As we show and receive hospitality, is our conversation glorifying to Him and edifying to one another? How easy it is, even among fellow-believers, to converse about things that are worthless or even harmful. How good it would be to be more like Him, and speak of “the things concerning himself” (v27)!
Related to the previous point, the Lord Jesus used the opportunity provided by hospitality to instruct those in the company. Such a case is seen in His first recorded visit to the home of Martha and Mary (Luk 10:38-42), when, to the annoyance of Martha, who was over-wrought with her responsibilities, her sister was sitting and listening to the Lord. From this, the Lord brought out a big lesson: while serving Him is very important, to enjoy communion with Him and hear His Word is even more vital. The teaching arose out of what was taking place; it was not forced or contrived, and, being so relevant to the context, it would have been vividly remembered by all who heard.
Of course, the Lord was unique in His authority, and, being all-wise, He always knew perfectly what to say, and when, and how. We can tend to come across as indiscreet and critical, and we need discernment in these things. Nevertheless, hospitality often provides a means, in an informal and unthreatening setting, for God’s people to be of help and guidance to others for whom they have a spiritual care.
The Lord’s conduct would teach us how to behave ourselves appropriately, whether as host or guest. Simon the Pharisee (Luk 7:36-50) was an exceedingly discourteous host. Although he invited the Lord, he did not accord Him the courtesies normally shown to guests, and his criticism of the Savior for accepting the gratitude of the sinful woman is evidence that the purpose of the invitation was to find fault. Thus, we learn that we should show hospitality out of love and not with ulterior motives. If our guests are not truly welcome, it will be obvious to them, and much harm will be done.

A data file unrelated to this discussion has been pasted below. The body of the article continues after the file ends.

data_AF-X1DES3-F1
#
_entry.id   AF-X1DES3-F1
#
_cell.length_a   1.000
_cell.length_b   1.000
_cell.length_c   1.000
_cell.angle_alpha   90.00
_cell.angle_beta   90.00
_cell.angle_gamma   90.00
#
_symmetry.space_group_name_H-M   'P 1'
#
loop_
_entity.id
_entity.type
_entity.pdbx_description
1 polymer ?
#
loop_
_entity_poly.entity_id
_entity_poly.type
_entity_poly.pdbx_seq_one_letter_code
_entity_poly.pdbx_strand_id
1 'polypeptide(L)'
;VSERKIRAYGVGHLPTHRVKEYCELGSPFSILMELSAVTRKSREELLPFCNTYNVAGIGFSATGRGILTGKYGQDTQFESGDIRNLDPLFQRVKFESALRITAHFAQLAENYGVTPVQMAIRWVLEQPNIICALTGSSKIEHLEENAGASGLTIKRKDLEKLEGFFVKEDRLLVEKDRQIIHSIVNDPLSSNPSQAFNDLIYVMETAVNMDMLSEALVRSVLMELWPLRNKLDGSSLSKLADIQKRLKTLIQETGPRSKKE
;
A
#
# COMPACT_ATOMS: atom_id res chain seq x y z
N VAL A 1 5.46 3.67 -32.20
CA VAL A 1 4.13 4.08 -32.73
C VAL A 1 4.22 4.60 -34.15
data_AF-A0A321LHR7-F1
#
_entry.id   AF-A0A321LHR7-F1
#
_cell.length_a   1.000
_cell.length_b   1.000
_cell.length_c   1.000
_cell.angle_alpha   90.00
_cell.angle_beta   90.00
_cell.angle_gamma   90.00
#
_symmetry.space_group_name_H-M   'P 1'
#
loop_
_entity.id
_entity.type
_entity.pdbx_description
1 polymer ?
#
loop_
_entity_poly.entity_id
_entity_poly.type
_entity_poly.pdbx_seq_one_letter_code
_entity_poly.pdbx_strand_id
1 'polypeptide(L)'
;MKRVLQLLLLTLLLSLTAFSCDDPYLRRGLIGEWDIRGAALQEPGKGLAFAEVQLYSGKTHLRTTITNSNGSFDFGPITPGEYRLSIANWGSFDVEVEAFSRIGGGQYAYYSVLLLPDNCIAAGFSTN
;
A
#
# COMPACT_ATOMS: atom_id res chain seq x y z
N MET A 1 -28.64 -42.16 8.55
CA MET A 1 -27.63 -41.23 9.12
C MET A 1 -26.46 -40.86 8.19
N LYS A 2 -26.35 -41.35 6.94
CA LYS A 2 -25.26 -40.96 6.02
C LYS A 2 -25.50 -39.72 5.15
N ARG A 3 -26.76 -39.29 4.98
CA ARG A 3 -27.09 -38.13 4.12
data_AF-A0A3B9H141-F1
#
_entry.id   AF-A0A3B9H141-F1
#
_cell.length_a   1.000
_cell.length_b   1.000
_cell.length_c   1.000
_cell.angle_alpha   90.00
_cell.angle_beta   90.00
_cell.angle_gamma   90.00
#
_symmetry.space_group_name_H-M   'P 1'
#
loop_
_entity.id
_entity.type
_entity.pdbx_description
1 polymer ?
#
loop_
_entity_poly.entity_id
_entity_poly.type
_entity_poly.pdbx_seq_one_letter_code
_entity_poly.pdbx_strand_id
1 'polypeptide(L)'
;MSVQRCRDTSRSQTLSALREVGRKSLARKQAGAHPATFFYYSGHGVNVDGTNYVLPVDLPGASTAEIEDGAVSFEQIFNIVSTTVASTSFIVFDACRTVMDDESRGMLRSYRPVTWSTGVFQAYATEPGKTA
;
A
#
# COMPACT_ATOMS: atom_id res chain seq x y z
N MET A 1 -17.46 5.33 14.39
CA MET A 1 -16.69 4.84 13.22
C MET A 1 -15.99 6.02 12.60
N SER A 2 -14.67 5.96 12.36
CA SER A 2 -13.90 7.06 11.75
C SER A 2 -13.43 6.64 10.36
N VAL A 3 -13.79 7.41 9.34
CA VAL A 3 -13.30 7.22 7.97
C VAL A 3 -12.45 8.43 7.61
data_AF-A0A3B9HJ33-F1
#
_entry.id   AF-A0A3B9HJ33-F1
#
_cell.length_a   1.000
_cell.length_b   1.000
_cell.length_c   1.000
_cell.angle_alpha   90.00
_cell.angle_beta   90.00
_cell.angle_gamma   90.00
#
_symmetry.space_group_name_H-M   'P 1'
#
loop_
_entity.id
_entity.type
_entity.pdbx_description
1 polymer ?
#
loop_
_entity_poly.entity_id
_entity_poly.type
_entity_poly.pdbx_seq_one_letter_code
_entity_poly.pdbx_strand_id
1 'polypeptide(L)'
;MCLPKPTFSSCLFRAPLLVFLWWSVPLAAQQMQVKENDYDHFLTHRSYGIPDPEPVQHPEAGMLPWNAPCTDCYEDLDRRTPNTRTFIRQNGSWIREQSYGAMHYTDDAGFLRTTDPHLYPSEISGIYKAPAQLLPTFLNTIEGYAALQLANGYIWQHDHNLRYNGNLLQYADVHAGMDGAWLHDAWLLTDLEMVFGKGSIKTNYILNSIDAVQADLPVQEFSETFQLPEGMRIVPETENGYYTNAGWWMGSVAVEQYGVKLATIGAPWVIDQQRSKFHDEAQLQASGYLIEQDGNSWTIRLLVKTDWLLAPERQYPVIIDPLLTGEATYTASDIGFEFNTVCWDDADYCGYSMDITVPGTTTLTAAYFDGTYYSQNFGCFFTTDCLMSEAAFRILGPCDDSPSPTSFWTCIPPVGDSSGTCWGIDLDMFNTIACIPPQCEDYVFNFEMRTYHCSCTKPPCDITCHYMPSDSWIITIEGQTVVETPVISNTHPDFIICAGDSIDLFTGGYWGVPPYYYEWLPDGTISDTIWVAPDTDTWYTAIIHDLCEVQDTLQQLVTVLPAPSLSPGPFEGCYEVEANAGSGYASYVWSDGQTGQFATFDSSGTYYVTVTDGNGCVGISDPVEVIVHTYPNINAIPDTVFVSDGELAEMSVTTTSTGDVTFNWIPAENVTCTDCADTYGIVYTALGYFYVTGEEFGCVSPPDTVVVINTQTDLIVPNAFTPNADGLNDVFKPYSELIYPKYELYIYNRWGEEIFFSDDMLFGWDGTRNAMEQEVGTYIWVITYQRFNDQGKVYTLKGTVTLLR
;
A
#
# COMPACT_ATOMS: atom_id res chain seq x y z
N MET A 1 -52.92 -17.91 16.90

In contrast, the Lord Jesus was a most courteous guest. When arriving in Emmaus on the day of His resurrection, He did not demand hospitality, but “made as though he would have gone further” (Luk 24:28). Although He accepted and appreciated hospitality, He did not presume upon it. Showing hospitality is a responsibility that Scripture enjoins upon us; however, receiving it is not something that we are to demand, as a right. When shown hospitality, we should be thankful and express gratitude to our hosts.
John was one of the two disciples whom the Lord sent to request the use of the upper room (Luk 22:8). A few years earlier, he was one of two who asked the Lord, “Where dwellest Thou?” then heard His welcoming words, “Come and see,” and he “came and saw where he dwelt, and abode with him that day” (Joh 1:38,39). Thus, John would have been aware that the Lord who was accepting hospitality at the close of His public ministry had Himself shown it at its start. He was certainly not among those who expect to be shown hospitality by others but who have no interest in showing it themselves! How relevant are His words, “All things whatsoever ye would that men should do to you, do ye even so to them” (Mat 7:12)!
In all likelihood, the place to which the Lord welcomed those two early disciples was very modest compared to the upper room. Yet it was not the building or the quality and quantity of the food that mattered, but who was there and what took place while they were together. We should not shrink from showing hospitality just because we cannot match what others can do. The financial, domestic, medical, etc. situations of believers vary. Indeed, for some dear saints, showing any amount of hospitality is extremely difficult or impossible. The Lord sympathizes with the situations of His people, and He does not lay upon us burdens that we cannot bear. On one occasion He was enjoying hospitality in the home of Simon the leper, and a woman came and anointed Him. Knowing that it was done out of devotion to Him and in appreciation of His impending death, His comment to those who criticized her was, “She hath done what she could” (Mar 14:3-9). It is so for us: we should do what we can for others, in love to Him who died for us. If that is our motivation, then however small it may seem to be, it is precious in His sight.
 All Scripture quotations in this article are from the KJV.